Felony & Mayhem, 2011 (2004)
Reviewed by Mary Ann Smyth
t's the Blitz, in the autumn of 1940. London is on fire. Germany is raining down bombs every night. Londoners are sleeping in shelters or in their basements or under their kitchen tables. In the midst of this horror, prostitutes ply their trade. Their clients find them on the blackened streets, the women shining flashlights on their own faces.
s if life weren't hard enough, someone is stalking these women – preferably brown-haired ones – to rape, torture, and ultimately strangle them with their own mended stockings.
follows several ladies of the night as they ply their trade in fear of their lives, but knowing that if they don't they can't pay their bills or buy food for their children. We, the readers, know who is the culprit. No one else does – sometimes not even himself.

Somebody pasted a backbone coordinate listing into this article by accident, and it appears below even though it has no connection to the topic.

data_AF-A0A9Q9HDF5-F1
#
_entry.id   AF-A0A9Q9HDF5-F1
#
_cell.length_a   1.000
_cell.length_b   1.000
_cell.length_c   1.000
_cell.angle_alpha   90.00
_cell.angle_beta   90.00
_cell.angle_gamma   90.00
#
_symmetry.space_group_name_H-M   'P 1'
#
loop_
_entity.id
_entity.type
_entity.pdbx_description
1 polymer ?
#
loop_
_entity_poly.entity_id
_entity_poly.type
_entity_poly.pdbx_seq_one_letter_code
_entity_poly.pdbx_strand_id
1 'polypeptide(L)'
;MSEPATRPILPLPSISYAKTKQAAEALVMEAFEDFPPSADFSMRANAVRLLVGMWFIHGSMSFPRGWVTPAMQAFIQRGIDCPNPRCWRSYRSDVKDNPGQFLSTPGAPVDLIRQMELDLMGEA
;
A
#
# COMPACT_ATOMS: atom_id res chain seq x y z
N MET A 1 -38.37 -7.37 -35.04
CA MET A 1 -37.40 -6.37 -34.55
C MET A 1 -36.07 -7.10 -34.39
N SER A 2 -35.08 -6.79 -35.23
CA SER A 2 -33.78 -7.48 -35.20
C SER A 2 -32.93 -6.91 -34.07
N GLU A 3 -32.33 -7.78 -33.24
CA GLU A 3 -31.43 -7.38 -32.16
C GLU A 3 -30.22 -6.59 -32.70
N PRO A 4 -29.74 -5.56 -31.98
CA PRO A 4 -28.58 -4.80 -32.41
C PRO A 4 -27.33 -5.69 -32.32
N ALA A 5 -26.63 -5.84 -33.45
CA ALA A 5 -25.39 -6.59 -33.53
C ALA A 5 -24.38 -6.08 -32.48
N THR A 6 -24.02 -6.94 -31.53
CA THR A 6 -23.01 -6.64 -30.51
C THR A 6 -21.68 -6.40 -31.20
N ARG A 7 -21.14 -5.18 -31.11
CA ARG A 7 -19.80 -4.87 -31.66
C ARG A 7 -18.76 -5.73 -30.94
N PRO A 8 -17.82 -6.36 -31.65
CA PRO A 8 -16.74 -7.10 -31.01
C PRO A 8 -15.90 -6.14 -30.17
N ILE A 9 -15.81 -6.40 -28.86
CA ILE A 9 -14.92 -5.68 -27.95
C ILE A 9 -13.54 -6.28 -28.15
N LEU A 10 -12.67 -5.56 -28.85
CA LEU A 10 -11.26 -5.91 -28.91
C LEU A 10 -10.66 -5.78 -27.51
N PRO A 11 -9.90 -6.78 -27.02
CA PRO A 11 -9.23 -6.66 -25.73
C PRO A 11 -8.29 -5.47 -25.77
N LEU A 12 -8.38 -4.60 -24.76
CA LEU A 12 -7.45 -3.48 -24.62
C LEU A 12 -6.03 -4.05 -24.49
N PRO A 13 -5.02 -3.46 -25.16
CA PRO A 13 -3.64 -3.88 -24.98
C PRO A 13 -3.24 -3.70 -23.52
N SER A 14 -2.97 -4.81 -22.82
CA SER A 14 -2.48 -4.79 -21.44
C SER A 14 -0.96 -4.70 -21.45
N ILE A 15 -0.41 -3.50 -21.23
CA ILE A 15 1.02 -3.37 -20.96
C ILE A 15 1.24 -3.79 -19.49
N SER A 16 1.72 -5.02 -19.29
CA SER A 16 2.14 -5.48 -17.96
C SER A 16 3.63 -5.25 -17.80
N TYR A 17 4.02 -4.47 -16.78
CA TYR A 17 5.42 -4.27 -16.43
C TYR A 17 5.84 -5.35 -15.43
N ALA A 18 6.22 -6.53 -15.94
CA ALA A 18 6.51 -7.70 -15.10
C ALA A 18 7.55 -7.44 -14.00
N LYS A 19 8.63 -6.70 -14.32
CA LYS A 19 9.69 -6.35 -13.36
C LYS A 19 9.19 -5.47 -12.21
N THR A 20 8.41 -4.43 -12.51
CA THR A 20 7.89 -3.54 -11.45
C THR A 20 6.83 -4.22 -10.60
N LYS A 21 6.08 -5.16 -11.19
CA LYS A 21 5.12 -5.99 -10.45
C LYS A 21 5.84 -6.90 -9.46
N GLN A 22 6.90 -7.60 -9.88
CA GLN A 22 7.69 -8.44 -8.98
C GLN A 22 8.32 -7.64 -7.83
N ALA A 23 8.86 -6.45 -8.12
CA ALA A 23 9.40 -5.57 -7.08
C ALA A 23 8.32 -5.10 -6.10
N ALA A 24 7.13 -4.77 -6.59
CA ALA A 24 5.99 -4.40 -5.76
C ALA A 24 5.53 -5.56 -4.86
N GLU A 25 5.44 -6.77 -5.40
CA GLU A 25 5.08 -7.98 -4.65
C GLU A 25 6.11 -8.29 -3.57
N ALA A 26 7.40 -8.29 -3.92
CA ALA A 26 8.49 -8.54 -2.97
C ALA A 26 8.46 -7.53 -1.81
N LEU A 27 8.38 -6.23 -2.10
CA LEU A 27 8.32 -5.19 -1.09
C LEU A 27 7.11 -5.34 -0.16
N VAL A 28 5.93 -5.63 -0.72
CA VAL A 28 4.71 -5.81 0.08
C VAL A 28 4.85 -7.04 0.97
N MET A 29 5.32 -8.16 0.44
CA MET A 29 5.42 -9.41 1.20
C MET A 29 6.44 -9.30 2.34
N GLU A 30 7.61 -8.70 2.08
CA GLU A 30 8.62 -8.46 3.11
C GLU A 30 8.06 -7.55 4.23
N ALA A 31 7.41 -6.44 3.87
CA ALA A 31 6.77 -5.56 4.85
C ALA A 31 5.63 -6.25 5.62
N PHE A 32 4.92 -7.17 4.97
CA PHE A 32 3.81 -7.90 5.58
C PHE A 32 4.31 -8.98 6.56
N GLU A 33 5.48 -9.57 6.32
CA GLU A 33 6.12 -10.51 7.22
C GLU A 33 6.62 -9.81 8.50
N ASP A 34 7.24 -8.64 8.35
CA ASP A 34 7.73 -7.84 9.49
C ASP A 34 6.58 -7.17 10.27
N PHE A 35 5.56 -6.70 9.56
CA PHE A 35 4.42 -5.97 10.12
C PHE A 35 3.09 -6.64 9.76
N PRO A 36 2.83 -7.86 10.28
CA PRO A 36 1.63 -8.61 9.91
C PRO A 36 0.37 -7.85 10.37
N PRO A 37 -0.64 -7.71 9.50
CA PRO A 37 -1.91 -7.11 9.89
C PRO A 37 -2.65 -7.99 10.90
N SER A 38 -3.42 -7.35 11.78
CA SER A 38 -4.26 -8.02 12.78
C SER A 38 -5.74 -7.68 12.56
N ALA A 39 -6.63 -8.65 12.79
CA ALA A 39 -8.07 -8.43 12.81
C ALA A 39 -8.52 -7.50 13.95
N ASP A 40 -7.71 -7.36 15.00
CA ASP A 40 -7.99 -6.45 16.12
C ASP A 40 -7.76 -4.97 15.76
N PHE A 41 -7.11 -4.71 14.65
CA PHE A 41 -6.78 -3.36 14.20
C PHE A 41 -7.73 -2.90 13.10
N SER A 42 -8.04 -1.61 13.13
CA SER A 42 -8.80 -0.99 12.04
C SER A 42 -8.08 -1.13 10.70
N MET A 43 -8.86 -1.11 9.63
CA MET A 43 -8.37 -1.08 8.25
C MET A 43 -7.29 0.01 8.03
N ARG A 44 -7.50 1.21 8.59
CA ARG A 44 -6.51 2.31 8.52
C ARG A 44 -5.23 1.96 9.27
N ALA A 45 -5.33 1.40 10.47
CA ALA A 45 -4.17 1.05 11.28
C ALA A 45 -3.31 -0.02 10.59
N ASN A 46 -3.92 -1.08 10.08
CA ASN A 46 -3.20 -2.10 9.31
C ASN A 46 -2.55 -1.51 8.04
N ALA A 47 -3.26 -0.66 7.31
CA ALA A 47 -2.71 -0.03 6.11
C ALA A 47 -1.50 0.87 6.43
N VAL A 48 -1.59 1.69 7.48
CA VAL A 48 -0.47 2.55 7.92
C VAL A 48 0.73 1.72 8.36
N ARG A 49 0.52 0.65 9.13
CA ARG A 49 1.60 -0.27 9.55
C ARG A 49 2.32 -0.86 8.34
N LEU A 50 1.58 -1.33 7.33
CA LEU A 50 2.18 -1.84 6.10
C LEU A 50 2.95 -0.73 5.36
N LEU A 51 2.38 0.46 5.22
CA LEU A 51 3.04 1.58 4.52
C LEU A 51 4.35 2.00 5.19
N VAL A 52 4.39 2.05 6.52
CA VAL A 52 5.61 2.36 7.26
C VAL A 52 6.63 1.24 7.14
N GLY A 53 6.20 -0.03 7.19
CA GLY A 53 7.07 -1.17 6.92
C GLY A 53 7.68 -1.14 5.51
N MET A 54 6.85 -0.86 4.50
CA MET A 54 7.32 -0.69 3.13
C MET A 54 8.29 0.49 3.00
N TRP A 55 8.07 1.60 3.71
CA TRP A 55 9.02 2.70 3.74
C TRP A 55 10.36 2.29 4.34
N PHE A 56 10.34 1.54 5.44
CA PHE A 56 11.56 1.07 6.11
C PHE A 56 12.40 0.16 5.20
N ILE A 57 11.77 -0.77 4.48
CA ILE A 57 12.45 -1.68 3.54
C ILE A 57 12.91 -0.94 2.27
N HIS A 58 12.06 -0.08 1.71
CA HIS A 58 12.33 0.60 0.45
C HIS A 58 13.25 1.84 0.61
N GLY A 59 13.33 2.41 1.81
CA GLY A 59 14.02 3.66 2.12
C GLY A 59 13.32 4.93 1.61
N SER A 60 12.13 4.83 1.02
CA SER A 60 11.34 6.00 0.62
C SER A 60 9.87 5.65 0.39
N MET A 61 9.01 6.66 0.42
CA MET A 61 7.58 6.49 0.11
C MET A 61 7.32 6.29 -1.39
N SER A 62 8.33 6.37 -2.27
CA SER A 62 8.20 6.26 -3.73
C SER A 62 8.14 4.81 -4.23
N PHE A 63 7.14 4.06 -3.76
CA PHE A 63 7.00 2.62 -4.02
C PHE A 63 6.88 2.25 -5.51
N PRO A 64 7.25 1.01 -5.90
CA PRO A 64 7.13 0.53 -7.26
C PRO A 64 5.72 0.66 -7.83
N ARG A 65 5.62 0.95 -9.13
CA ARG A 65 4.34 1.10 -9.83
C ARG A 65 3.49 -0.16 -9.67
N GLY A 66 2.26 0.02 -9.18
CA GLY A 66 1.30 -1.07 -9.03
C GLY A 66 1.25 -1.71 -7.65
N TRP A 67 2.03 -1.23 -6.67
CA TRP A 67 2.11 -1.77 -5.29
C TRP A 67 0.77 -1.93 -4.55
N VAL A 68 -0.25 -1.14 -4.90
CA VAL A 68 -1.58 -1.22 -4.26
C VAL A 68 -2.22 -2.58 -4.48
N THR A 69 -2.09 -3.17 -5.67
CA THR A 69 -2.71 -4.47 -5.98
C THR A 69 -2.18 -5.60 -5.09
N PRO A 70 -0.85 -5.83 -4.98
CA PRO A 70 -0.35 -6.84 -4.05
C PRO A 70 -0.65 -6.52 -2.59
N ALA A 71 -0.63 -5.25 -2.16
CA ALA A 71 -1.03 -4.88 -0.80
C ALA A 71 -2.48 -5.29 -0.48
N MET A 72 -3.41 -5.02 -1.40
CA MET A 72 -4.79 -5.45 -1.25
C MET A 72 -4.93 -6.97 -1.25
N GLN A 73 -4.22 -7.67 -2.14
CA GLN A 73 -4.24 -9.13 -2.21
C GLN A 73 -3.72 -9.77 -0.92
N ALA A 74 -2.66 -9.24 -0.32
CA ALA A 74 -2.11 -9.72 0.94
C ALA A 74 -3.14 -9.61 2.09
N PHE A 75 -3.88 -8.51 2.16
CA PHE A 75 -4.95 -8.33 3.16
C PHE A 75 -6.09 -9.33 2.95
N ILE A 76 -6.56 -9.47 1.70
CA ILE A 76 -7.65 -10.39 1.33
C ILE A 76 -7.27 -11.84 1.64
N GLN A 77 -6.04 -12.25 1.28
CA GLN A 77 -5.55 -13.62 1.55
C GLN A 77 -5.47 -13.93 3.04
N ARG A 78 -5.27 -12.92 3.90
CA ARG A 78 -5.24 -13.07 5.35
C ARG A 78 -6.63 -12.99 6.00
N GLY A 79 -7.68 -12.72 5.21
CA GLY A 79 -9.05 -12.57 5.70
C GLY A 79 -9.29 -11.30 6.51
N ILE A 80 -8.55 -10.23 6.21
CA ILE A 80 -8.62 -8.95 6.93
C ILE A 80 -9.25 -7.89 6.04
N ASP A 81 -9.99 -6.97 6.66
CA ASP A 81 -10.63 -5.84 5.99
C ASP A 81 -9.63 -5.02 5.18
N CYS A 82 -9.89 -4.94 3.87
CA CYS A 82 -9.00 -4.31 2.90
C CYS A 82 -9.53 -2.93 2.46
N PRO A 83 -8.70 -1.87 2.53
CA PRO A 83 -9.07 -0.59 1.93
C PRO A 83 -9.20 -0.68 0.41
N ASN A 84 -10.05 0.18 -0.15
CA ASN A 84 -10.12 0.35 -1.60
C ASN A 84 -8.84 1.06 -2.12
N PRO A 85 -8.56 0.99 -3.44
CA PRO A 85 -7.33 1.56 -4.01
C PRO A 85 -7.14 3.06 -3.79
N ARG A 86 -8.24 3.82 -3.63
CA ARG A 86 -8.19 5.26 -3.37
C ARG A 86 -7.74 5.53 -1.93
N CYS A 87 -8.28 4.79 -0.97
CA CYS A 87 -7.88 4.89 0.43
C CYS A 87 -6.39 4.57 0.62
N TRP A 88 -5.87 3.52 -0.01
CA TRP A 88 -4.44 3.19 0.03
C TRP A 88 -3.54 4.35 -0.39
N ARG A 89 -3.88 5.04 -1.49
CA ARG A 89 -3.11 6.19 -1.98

is an intriguing novel. First it uses a horrendous time during World War II to set the scene. And does it very well. As I read of the conditions and of the residents of London and their reaction to the war, I forgot this was supposed to be a mystery. It came as a shock that, indeed, it was a mystery.
had become caught up in the Blitz and remembered the era in which it occurred. How very different the lives of us here in the States were at that time. The shelters must have been hell. But, even then, intolerance existed. The ladies of the night were singled out with gossip and whispers and pointed glances. We are given insights into these women's motives and feel a little empathy for them.
ll in all,
is a truly captivating book that was so very hard to put down, if you will pardon the cliché. It's well-written with a firm grip of the history of that time as well as a look into the mind and actions of a murderer. Don't miss it.
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